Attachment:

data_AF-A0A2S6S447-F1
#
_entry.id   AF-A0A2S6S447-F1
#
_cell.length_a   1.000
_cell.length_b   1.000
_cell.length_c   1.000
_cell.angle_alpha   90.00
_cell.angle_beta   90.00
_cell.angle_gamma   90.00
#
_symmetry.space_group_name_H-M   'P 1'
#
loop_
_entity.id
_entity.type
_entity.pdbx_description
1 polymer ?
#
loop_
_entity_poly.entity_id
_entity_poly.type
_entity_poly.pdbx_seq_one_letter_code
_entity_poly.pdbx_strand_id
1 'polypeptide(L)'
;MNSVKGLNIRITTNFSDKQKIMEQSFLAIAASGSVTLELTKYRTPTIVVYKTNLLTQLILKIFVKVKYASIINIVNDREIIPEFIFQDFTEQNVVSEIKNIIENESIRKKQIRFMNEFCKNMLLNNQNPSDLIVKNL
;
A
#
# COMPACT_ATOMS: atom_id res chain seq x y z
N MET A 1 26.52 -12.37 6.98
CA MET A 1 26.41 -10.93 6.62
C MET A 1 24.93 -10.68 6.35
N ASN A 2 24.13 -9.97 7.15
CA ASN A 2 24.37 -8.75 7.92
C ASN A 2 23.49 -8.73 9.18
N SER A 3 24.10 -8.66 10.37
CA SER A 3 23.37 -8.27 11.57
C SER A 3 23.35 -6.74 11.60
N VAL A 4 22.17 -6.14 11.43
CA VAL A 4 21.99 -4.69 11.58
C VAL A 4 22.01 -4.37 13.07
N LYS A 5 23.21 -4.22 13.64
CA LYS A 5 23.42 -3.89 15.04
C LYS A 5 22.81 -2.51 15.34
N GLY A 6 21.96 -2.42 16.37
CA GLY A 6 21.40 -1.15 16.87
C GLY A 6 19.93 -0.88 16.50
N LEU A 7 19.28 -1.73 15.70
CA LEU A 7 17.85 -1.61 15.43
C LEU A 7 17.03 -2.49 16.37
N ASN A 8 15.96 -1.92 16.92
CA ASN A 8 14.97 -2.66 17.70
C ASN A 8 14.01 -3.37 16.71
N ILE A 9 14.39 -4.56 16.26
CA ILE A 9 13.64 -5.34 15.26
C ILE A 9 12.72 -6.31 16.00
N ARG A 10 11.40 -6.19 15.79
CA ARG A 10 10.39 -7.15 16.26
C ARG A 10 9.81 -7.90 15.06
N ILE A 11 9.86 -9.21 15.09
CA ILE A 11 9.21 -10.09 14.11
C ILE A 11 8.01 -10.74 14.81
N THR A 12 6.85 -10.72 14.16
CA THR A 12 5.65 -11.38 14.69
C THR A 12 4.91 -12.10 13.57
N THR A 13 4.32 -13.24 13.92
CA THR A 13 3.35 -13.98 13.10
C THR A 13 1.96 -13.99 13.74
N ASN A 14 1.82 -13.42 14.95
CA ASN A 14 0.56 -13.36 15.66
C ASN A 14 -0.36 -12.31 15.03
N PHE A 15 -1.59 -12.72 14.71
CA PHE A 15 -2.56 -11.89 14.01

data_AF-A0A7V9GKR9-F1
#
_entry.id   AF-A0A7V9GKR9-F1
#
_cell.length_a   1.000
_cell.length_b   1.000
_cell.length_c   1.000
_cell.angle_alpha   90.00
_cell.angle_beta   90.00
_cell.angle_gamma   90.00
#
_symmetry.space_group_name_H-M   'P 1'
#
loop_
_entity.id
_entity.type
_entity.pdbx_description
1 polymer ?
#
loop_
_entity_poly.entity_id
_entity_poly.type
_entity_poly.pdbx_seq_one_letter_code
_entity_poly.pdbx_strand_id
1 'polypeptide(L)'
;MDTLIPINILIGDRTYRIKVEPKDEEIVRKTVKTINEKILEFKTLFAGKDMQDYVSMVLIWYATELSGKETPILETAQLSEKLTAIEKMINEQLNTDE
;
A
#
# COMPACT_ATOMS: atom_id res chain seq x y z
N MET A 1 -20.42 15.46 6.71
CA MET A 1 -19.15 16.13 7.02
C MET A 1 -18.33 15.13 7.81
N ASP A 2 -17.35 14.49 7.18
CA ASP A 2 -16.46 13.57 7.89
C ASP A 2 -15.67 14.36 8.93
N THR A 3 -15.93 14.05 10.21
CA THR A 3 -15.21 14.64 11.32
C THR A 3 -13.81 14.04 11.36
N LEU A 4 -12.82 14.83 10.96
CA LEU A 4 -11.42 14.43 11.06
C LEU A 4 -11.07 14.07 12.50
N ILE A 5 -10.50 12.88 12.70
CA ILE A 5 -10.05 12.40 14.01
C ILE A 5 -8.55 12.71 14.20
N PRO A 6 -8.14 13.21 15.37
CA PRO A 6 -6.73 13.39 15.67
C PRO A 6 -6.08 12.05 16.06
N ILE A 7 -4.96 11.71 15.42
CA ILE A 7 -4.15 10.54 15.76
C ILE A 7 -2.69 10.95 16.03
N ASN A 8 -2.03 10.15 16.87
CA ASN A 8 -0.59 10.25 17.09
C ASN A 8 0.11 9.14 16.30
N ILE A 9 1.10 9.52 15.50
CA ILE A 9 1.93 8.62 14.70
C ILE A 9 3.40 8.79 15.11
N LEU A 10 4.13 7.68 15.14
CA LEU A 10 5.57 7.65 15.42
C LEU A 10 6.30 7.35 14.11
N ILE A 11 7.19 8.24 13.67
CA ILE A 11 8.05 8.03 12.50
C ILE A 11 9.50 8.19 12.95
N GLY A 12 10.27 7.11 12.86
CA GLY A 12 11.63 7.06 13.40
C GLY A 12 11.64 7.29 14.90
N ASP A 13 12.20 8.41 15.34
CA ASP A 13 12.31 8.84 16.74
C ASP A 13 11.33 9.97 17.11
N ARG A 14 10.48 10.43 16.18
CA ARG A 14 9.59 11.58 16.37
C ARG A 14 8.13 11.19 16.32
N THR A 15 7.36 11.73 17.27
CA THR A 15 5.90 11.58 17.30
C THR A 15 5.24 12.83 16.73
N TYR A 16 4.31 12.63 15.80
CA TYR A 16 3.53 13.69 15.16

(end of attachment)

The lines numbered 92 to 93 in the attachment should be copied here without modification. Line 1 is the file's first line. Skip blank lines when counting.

1 polymer ?
#